1350 x 2050cm Digital Print
On Country (Kaalpa)
Kaalpa (Kalypa, Canning Stock Route Well 23) is a permanent water source located northeast of Kumpupirntily (Kumpupintily, Lake Disappointment). This site is a place of great cultural significance, and is also known for good hunting. Adjacent to the waterhole is a hill of the same name. The landscape around Kaalpa is parlkarra (flat country), bordered by tali (sandhills) stretching as far as Windy Corner, toward the border of Western Australia and the Northern Territory. The large and dangerous Jukurrpa (Dreamtime) mosquito and fly beings partially created the landforms in this area and continue to live underground here.
At Kaalpa the Minyipuru (Jakulyukulyu, Seven Sisters) met a group of men; it was the first time either group had seen members of the opposite sex. The men were sitting down at Kaalpa doing law business when the Minyipuru arrived. They tried to grab the women, but the Minyipuru chased them, hitting them with their digging sticks and whipping them, then leaving them lying there. From Kaalpa the Minyipuru continued dancing as they travelled to Kartarru (Canning Stock Route Well 24).
Minyipuru is a central Jukurrpa narrative for Martu, Ngaanyatjarra, Pitjantjatjara and Yankunytjatjara people that is associated with the seasonal Pleiades star constellation. Relayed in song, dance, stories and paintings, Minyipuru serves as a creation narrative, a source of information relating to the physical properties of the land, and an embodiment of Aboriginal cultural laws. Beginning in Roebourne on the west coast of Western Australia, the story morphs in its movement eastward across the land, following a group of women as they walk, dance, and even fly from waterhole to waterhole. As they travel the women camp, sing, wash, dance and gather food, leaving markers in the landscape and creating landforms that remain to this day, such as groupings of rocks and trees, grinding stones and seeds. During the entirety of their journey the women are pursued by a lustful old man, Yurla, although interactions with other animals, groups of men, and spirit beings are also chronicled in the narrative.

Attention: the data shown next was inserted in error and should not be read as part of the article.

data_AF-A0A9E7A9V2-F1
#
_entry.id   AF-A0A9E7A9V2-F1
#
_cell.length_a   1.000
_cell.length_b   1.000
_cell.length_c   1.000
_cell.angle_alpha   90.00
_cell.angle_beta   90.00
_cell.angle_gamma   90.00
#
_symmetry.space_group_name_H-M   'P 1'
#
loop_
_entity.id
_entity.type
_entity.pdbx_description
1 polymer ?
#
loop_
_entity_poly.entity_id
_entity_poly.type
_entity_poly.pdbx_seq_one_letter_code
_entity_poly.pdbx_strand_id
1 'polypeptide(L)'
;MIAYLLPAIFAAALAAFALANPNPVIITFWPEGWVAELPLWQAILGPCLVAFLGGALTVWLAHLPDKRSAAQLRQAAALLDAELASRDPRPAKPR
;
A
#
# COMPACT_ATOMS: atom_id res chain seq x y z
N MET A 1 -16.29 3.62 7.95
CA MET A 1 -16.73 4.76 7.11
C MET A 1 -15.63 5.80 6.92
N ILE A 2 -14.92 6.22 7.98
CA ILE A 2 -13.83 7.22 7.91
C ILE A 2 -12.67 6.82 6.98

The intersection of the Canning Stock Route with Kaalpa also made this a site of early contact with Europeans for many Martu then living a pujiman (traditional, desert dwelling) life in the desert. Following the route’s construction, Martu encountered Europeans and other Martu working as cattle drovers as they would travel up and down the Stock Route from water source to water source. Increasingly, pujimanpa (desert dwellers) followed the route to newly established ration depots, mission and pastoral stations. They were drawn to the route in search of food, by a sense of curiosity, or by loneliness. By the late 1950s and early 1960s, most of the desert family groups had left the desert. Eventually, these factors combined with an extreme and prolonged drought in the 1960s to prompt the few remaining pujimanpa to move in from the desert.
Martumili Artists warns visitors that our website includes images and artworks of Artists who have passed away which may cause distress to some Indigenous people.
Martumili Artists acknowledges the Nyiyaparli and Martu people as the Traditional Owners of the land we live and work on. We also acknowledge the Traditional Owners throughout our country and our Elders; past, present and emerging.